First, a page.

This Week’s Featured Items

Tower of Power: Decoding the Secrets of Babel – on sale Tower of Power: Decoding the Secrets of Babel – MP3 on sale The Skeptic and the Rabbi: Falling in Love with Faith

For Your Own Good

May 16th, 2019 Posted by Susan's Musings 30 comments

I appreciate warnings. When I’m a guest at a meal and my hostess tells us that one of the dips is super spicy, I appreciate knowing that before setting my mouth on fire. When a friend suggests that I skip reading a popular book because it is filled with profanity, I appreciate taking it off my reading list. When my phone alerts me about an accident up ahead and re-routes me, I appreciate saving the time I would have sat motionless on the freeway.

But what happens if I find out that the dip wasn’t actually spicy at all. There simply wasn’t enough to go around and my hostess wanted to save it for her other guests. Or my friend knew that I would love the book which was actually unobjectionable, but wanted to write about it on her blog before I wrote about it on mine. What if the developers of my traffic app only wanted to route me so that I would pass a certain coffee shop that was giving them a kickback on each beverage sold?

I no longer appreciate the warnings. Instead I feel manipulated.

This is exactly what is happening on Facebook and other social media sites today. I was aware that years ago already, Google and YouTube restricted videos from Prager University warning that they were “inappropriate” for young audiences. If you have seen these videos you will understand that the translation of “inappropriate” is worry that young people might be exposed to conservative ideas and the fear that they may be intrigued to learn more about them.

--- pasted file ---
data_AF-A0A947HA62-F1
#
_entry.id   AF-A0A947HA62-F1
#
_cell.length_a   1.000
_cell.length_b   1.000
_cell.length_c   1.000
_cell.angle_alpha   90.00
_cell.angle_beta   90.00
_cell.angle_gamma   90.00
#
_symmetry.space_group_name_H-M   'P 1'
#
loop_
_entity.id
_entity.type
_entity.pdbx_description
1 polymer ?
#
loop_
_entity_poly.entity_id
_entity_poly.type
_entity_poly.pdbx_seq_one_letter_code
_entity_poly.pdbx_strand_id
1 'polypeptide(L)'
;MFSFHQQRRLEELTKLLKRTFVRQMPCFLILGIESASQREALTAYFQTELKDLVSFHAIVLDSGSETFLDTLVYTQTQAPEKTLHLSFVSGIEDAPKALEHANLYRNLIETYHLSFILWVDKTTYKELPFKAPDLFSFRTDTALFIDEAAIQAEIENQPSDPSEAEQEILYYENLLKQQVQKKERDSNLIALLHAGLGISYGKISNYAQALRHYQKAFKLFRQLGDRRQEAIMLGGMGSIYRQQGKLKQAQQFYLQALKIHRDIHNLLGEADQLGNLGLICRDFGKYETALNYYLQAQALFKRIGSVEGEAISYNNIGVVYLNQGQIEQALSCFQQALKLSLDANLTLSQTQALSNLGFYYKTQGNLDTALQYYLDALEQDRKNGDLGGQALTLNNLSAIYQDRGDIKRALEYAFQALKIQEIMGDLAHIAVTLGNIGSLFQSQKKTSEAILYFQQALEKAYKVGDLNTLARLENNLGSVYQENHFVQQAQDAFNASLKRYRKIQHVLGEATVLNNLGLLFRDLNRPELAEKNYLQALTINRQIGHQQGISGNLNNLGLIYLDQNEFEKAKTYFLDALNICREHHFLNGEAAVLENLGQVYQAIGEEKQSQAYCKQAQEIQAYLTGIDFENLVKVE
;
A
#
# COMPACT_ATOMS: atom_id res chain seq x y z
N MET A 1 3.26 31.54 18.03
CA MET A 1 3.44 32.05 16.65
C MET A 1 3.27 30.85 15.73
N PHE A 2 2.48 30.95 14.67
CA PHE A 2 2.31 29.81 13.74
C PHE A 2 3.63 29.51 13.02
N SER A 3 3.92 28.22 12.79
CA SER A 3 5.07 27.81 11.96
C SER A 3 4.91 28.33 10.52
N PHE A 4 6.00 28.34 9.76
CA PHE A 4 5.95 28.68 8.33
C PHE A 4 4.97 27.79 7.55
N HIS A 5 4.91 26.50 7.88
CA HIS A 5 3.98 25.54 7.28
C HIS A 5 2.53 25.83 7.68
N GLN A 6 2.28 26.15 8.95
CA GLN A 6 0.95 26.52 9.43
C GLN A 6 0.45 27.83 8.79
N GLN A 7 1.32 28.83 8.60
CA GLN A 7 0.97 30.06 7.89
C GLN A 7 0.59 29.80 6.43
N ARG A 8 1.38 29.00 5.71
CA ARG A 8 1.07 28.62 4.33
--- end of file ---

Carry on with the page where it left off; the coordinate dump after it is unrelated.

Recently, however, I’m seeing more of this type of slanting of information masquerading as concern for viewers. Not by silencing  entities like Prager University, which at least has other avenues in which to disseminate its ideas, but by playing liberal extremist nanny to the interactions between individuals. This week, Facebook masked a photo that was posted by a contact of mine. Facebook feigned concern that the post might offend me, so that they wrote, “We covered this photo so you can decide if you want to see it.” There was an additional warning: “This photo may show violent or graphic comment.” Now, there are a lot of inappropriate picture that I wish I did not have to see. Many of them are on the covers of newspapers or magazines that are hard to avoid as you walk through an airport or check out from a supermarket. However, although, I don’t personally know this contact, I do know that she has never posted anything I would consider inappropriate. I proceeded to click on the “uncover this photo” tab.